A guardian may have to go back to court to ask the court's permission to engage in certain types of transactions, such as selling the ward's real estate or gifting the ward's assets for purposes of Medicaid planning.

So, there is little doubt that having a well-drafted financial power of attorney and advanced healthcare directive is important. In short, you should have these documents somewhere in your house. The question is, who should you name to make financial or healthcare decisions for you in the event that you cannot?

Most people name a family member. In the absence of family members, a trusted friend may be a good choice. In the absence of family and friends, a professional, such as an attorney or an accountant, may be appropriate.

With a healthcare directive, you cannot name your physician as your agent for obvious reasons. You cannot have the person performing the medical procedure making decisions about whether or not the medical procedure should be performed in the first place. You also cannot name the people who witnessed the healthcare directive act as the agent.

You also can only name one agent to serve at a time. In other words, you cannot name co-agents, for instance, "my two children." You would have to name one child then the other child to serve if the first child cannot serve.

With a financial power of attorney, you can name co-agents. You can name co-agents that have to make decisions together or you can name co-agents who can act separate and apart from one another. Either co-agent plan has its own potential problems. For instance, what if the agents have to agree and don't agree? Or what if the co-agents do not have to agree and they make opposite decisions on the same issue? For this reason, I typically recommend that clients name one agent to serve at a time, just as they must with the healthcare directive.

The most important thing is that you have a power of attorney and advanced healthcare directive. Once you've made the wise decision to have these documents, an experienced elder law attorney can ensure that the documents are drafted properly.


A recent decision of the New Jersey Superior Court, Appellate Division, highlights the difficulty of dealing with the Medicaid program from a practical standpoint. Medicaid is a health insurance program for needy individuals. In order to qualify for Medicaid, an individual must have very limited assets and income that is insufficient to pay for his care.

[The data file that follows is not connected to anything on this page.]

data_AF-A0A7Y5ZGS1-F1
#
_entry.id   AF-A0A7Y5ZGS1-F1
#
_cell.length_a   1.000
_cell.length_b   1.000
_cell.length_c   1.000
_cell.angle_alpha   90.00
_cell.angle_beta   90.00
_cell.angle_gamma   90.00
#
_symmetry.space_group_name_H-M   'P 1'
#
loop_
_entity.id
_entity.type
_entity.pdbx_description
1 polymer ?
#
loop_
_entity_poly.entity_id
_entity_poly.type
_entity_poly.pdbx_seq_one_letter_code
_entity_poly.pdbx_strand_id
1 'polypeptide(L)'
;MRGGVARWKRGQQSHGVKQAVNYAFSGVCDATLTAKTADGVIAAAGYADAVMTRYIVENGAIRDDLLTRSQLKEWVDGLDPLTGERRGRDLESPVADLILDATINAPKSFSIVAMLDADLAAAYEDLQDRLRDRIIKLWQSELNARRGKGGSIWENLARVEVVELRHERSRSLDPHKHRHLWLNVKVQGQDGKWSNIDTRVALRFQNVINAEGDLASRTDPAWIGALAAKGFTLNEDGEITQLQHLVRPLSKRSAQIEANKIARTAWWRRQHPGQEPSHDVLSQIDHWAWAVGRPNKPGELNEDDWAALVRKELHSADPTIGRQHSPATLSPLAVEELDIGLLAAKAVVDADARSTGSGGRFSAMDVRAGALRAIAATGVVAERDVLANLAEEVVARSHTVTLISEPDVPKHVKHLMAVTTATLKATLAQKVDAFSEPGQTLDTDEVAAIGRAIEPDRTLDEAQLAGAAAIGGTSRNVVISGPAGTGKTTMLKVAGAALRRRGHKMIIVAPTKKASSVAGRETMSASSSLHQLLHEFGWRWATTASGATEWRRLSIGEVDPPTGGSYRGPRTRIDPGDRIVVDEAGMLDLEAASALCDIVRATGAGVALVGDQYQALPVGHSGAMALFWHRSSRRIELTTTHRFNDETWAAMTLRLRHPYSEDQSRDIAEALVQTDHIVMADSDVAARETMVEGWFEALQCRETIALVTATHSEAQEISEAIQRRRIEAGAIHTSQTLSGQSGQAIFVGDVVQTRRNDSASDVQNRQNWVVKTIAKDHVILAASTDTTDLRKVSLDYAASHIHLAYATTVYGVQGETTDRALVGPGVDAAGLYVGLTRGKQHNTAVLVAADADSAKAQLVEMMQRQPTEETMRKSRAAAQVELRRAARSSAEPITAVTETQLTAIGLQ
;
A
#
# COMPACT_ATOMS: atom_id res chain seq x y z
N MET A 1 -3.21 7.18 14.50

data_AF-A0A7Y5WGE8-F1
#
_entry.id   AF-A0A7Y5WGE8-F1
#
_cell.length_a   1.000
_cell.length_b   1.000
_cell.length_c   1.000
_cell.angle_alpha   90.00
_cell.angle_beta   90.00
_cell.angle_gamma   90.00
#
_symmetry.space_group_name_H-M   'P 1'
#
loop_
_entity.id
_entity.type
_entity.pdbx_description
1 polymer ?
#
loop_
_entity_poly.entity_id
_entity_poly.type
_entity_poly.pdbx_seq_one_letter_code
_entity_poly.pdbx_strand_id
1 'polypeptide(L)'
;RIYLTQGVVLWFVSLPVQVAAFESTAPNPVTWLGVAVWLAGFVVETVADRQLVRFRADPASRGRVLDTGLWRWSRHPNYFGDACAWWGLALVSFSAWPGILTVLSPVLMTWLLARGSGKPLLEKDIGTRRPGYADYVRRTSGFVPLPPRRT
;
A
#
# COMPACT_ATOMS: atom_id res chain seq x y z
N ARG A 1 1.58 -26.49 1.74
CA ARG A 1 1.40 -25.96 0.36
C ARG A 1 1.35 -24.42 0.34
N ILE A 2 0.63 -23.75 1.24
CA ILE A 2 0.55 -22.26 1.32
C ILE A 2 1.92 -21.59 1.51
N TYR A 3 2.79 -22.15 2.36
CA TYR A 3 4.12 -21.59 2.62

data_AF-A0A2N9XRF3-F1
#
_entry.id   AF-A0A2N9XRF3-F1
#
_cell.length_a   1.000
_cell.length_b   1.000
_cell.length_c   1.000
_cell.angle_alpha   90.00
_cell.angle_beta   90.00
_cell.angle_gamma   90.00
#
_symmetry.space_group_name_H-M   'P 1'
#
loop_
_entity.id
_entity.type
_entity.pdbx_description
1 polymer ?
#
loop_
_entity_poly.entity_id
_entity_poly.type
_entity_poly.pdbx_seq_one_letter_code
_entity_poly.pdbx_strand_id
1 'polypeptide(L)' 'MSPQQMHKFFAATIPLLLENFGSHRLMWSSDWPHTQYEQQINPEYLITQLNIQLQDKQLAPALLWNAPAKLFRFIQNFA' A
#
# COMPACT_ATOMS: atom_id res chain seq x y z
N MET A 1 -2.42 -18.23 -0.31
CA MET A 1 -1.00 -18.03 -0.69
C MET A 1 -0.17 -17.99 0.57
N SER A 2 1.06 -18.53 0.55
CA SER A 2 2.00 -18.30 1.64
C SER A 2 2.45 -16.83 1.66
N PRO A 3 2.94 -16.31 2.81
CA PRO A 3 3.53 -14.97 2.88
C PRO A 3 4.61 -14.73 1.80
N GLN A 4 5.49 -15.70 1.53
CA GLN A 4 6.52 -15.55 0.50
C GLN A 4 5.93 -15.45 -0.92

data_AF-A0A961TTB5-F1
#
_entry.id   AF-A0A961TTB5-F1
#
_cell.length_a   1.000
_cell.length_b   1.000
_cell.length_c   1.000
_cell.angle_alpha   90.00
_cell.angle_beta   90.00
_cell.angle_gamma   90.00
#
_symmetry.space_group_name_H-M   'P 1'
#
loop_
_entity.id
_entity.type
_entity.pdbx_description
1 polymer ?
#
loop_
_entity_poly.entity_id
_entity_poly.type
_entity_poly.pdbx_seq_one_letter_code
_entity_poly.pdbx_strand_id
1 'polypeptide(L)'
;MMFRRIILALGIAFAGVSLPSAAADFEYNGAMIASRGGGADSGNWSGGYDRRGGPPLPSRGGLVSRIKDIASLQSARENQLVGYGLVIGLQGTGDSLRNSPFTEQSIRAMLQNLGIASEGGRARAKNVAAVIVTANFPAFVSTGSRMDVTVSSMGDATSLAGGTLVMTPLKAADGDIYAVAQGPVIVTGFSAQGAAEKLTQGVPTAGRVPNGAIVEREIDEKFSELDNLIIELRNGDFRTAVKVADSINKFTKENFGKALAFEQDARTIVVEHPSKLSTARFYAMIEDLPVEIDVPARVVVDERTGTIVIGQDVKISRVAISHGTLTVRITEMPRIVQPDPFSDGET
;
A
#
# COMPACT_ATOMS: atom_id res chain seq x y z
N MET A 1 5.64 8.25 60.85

Unlike private health insurance plans, the Medicaid program will pay for long-term care, such as care in a nursing home or assisted living residence. For this reason, many individuals who need long-term care and who never thought they would need Medicaid find themselves looking to qualify for the Medicaid program.

Because Medicaid is only available to needy individuals, the Medicaid program punishes individuals who dispose of their assets for less than fair market value. In other words, if an applicant has gifted his assets away, perhaps to friends or family, Medicaid will make the applicant ineligible for Medicaid benefits for a period of time. The more money that an individual gives away, the longer the period of time during which he will be ineligible for Medicaid.

Only gifts made within a certain period of time prior to applying for Medicaid benefits are punished. Currently, that time period is five years. This period of time is commonly known as the "lookback period."

In New Jersey, the Division of Medical Assistance and Health Services or DMAHS administers the Medicaid program. DMAHS contracts out the work of processing Medicaid applications to the local county boards of social services located in each county. So, each county's board of social services processes applications for that county.

DMAHS and the county boards have a significant amount of leeway in the way they administer the Medicaid program. Moreover, from a practical standpoint, it is difficult to quantify if these entities are fairly administering the program on a systemic basis.

In my practice, I have helped clients with hundreds, if not thousands, of Medicaid applications. Yet, when a client asks me what is going to happen with their application before we have even applied for the client, I tell them that I treat every application as a first-time experience. I simply have no idea how their application will be handled, for instance, will it be processed quickly, what questions will the caseworker in charge of that client's application ask or not ask, etc.

In the recent appellate divisions case of In the Matter of A.N., a minor, the trustee of a special needs trust asked a court's guidance on certain expenditures that the trustee had made and would continue to make from a special needs trust for the benefit of a disabled child who was receiving Medicaid benefits. A trustee asking a court if certain expenditures are proper is a fairly common event. There is a court rule that permits a trustee to ask for the court's guidance when a trustee is concerned about the propriety of distributions he is making. By asking the court's guidance on an issue, the trustee can feel safe that what he is doing is correct.